Wednesday, July 01, 2015

View From the Inside (Out)

For a few years now, the movies coming out of Pixar have slipped a bit in quality -- coinciding with a creative surge from parent animation studio Disney. (I mean, compare Cars 2, Brave, and Monsters University to Wreck-It Ralph, Frozen, and Big Hero 6.) But Pixar has definitively pulled out of the funk with its latest effort, Inside Out -- a triumph on every level.

Inside Out looks inside the brain of a little girl named Riley, personifying the emotions that drive her. As the girl goes through the traumatic experience of a cross-country move, her emotions have an unprecedented adventure of their own across the fantastic landscape of Riley's mind.

The script is a perfect blend of comedy and drama, and filled throughout with loads of inspired creativity. The ideas behind how things work in the mind of a child are endlessly clever, and the visuals used to present them elevate those ideas even farther. The world in Riley's head is a feast for the eyes -- massive in scope, varied in style, and vividly colorful. In short, the scenic design of a Pixar film has never been better.

The story is powerful in how easy it is to relate to. So many people have memories of childhood moves and the uncertainty they brought. And even those who grew up living in the same house will recognize how a big life change can throw your entire personality out of whack for a while. This movie makes a fun adventure out of why that happens, and along the way stirs in the audience nearly every emotion it depicts on the screen.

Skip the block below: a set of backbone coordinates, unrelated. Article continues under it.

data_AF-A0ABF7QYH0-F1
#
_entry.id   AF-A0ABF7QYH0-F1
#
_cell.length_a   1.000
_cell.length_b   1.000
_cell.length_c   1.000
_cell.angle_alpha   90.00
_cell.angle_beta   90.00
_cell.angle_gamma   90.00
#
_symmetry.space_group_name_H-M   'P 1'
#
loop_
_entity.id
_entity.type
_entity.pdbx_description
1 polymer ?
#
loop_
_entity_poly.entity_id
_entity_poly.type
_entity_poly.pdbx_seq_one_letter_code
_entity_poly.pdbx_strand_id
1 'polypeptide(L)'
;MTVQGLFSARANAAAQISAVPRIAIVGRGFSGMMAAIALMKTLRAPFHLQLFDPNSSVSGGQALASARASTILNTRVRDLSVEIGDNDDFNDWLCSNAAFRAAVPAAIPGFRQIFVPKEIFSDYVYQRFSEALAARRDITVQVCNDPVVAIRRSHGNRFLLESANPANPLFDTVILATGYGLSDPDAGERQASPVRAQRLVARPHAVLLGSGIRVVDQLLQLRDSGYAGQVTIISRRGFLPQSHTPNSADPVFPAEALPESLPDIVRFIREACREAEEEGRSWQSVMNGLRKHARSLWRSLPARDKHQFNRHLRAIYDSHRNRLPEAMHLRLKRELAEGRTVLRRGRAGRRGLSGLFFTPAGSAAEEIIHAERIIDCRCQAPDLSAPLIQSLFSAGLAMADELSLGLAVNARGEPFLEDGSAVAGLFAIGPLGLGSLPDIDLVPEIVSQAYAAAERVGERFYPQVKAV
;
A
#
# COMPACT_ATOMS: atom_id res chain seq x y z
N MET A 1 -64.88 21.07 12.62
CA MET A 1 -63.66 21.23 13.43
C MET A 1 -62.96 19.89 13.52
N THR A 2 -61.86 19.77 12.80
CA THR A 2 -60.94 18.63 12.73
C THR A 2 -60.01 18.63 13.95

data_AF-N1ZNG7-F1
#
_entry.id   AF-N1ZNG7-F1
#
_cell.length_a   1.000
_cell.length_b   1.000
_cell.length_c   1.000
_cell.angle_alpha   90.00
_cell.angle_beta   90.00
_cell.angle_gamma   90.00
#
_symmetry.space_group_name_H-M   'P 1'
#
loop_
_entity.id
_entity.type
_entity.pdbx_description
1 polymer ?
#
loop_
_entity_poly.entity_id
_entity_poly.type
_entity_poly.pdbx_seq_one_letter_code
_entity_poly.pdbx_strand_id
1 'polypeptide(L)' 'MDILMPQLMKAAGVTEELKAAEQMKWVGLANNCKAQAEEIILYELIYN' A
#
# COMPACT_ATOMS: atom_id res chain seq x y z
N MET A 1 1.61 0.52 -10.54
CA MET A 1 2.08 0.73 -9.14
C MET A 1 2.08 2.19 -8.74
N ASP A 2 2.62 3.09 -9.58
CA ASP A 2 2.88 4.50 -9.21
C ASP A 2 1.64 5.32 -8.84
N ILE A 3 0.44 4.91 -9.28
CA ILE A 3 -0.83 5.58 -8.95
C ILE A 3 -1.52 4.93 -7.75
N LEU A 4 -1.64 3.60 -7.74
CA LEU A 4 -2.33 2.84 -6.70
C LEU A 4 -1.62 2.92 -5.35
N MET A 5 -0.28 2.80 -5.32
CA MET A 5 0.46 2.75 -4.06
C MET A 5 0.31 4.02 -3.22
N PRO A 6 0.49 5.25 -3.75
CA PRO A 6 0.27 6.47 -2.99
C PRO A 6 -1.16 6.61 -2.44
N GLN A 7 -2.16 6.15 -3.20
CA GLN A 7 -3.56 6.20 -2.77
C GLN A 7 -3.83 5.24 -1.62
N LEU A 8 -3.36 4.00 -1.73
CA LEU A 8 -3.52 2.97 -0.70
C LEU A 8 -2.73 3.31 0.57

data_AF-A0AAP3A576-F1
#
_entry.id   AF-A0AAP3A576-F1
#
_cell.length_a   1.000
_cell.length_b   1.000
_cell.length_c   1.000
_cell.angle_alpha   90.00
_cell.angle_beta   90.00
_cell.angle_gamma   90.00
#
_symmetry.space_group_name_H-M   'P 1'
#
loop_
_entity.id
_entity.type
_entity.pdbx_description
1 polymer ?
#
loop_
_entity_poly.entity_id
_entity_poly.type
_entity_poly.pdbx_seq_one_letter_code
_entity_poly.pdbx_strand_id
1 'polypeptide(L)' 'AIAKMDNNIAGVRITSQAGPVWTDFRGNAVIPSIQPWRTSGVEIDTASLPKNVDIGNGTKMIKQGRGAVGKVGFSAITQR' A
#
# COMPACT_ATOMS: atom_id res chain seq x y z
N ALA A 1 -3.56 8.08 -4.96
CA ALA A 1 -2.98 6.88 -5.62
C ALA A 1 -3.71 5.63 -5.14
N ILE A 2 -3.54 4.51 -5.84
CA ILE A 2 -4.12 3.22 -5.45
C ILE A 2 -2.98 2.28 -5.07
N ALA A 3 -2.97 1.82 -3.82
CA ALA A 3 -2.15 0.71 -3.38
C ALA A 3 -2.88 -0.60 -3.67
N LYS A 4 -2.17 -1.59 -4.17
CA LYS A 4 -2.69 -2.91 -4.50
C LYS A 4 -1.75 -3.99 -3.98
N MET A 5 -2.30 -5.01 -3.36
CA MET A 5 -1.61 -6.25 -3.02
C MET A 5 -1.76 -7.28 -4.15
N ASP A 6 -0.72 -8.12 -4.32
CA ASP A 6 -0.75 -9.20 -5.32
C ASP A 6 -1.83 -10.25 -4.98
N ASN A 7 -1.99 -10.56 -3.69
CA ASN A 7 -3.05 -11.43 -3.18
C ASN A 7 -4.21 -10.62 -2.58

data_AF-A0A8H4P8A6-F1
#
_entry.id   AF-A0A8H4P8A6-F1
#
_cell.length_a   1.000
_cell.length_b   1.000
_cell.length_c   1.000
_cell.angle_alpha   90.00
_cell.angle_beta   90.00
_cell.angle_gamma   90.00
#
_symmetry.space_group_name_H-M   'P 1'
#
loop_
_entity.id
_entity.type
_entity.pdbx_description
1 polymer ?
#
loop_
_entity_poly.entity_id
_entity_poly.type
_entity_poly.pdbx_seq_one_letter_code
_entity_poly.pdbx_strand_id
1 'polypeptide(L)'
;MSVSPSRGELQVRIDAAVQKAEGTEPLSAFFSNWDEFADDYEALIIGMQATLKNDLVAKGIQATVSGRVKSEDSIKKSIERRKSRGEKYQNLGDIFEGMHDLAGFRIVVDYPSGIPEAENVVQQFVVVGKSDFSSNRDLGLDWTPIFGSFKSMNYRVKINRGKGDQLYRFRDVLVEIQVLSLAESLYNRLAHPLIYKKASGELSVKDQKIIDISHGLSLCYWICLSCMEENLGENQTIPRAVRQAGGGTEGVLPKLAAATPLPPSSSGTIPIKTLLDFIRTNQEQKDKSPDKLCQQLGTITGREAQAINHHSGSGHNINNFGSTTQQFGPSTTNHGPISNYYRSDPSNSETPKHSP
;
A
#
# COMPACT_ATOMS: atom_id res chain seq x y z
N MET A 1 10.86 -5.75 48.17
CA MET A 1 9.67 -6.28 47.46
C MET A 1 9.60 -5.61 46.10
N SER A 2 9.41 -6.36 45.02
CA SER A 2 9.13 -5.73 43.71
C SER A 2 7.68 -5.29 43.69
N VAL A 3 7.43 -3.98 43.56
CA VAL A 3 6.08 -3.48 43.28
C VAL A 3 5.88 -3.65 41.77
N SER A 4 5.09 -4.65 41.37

The characterization is outstanding, and the casting superb. Amy Poehler is wonderful as the unflappable and upbeat protagonist Joy. Richard Kind epitomizes "will make you laugh and cry" as Riley's imaginary friend Bing Bong. Bill Hader and Mindy Kaling are great fun as Fear and Disgust. And in the "real world," Diane Lane and Kyle McLachlan are exceptional as Riley's mom and dad. But to me, the real rock stars of the film are Lewis Black and Phyllis Smith. Black is an inspired choice to embody Anger, not only injecting plenty of humor but driving a major twist in the plot. And Phyllis Smith is the perfect Sadness; she's wonderful comic relief for the bulk of the movie, and then the powerful heart of its climax.

In my opinion, Inside Out is so far the film to beat for 2015. And it has set the bar for doing so very high indeed. I give it an A.

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